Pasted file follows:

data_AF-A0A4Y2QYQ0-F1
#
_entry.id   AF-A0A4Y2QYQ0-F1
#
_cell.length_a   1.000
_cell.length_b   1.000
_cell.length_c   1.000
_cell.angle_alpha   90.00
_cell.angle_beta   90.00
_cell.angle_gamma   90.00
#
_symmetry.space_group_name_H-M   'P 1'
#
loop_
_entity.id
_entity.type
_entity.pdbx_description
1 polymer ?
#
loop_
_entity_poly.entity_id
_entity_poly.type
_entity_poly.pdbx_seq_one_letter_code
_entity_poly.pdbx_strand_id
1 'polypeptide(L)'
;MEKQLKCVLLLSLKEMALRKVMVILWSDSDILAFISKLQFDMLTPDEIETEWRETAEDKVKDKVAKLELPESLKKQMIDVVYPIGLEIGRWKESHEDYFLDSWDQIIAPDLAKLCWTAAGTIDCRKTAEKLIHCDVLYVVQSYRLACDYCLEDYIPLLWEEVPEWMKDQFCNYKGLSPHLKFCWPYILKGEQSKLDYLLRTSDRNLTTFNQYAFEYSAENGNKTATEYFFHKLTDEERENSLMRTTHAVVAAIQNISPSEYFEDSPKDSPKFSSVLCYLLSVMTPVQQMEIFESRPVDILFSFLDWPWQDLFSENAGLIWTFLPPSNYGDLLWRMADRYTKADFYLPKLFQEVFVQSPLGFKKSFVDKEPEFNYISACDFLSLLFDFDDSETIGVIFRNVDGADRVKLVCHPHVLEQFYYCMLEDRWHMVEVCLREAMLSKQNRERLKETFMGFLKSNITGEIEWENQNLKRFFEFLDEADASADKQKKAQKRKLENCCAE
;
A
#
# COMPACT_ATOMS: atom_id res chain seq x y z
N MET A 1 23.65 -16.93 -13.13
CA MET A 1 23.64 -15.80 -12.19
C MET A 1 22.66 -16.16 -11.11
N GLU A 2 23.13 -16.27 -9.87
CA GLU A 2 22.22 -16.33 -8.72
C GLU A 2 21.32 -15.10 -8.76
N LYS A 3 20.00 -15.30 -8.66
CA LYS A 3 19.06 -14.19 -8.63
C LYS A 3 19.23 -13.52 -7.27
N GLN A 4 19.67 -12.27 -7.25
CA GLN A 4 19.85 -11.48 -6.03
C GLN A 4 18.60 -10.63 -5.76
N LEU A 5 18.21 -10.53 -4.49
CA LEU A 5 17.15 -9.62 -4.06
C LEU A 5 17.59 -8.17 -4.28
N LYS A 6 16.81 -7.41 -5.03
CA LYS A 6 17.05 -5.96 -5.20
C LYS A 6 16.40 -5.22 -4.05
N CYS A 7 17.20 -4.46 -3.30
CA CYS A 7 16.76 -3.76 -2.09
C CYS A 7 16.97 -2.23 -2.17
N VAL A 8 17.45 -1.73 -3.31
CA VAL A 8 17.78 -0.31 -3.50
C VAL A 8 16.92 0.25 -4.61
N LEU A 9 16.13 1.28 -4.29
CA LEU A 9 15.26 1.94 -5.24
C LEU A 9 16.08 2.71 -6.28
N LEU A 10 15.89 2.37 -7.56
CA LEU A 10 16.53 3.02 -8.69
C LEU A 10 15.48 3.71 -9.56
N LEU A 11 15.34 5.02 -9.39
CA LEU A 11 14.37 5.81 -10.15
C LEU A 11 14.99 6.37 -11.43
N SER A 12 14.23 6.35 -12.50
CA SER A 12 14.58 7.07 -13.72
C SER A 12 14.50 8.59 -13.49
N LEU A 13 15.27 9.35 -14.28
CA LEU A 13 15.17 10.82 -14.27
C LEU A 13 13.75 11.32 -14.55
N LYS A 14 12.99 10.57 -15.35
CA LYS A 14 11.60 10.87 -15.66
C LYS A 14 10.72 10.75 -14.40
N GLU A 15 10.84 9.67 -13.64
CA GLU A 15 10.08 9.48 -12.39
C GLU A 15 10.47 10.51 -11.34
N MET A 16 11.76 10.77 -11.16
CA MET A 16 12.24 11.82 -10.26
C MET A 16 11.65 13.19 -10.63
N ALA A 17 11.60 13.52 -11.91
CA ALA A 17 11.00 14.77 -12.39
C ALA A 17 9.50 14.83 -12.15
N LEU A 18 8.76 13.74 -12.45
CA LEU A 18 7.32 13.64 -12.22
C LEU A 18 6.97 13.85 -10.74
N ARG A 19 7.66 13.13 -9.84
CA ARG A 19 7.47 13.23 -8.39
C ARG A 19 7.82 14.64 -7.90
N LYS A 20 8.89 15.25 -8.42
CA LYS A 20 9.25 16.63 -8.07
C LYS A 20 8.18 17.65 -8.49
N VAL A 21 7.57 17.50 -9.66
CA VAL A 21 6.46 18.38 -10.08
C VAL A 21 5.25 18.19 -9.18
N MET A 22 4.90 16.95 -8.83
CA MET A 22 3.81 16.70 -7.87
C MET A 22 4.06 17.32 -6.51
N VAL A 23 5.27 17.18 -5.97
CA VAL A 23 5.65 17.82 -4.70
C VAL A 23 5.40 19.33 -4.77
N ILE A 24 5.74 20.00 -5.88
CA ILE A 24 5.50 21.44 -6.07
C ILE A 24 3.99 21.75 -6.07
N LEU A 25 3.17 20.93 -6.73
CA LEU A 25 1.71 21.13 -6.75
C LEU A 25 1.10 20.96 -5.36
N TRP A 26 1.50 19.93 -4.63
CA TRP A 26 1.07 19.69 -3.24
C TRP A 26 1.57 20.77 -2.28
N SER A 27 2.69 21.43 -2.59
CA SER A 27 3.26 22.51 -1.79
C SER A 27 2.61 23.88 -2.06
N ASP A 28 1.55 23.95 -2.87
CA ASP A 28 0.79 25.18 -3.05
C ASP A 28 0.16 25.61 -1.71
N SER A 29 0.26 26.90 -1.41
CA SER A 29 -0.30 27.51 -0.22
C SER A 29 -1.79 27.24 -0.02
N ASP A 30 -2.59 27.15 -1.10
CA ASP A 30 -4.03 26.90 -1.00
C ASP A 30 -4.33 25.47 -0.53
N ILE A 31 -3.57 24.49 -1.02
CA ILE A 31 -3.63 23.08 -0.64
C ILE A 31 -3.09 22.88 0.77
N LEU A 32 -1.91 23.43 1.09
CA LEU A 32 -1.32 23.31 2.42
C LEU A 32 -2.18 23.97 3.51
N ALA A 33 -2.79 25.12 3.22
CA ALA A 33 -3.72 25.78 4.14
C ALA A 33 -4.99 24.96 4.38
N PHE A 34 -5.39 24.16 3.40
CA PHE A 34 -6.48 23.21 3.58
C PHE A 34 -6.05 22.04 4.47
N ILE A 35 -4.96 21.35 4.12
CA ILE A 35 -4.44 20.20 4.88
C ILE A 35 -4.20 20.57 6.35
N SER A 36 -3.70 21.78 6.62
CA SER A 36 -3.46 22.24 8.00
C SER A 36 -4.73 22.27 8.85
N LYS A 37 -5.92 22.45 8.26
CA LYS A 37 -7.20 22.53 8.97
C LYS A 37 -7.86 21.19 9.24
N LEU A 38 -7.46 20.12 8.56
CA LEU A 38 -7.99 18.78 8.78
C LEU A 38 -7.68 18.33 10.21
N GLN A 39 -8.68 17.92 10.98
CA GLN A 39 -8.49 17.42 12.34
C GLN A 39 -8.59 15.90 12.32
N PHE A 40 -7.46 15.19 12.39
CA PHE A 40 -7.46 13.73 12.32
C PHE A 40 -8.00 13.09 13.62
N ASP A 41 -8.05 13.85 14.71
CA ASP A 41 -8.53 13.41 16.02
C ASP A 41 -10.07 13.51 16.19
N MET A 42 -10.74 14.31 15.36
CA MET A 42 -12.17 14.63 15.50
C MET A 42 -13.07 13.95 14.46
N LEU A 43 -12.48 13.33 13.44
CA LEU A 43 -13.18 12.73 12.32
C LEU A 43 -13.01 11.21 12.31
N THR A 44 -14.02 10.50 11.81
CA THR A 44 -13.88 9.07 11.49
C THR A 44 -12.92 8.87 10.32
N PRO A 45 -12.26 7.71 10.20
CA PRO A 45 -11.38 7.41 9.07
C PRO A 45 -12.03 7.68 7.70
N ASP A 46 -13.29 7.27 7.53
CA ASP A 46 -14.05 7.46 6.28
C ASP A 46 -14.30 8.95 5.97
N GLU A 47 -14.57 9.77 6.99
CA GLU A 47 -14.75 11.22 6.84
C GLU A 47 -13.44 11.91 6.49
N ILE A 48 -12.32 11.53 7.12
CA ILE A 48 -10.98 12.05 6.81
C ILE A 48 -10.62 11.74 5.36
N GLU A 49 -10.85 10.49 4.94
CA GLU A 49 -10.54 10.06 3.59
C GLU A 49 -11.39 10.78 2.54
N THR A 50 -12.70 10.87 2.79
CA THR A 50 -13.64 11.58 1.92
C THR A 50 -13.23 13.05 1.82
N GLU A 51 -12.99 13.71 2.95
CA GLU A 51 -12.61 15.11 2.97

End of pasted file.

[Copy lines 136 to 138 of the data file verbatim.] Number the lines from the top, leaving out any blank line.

N SER A 36 -3.70 21.78 6.62
CA SER A 36 -3.46 22.24 8.00
C SER A 36 -4.73 22.27 8.85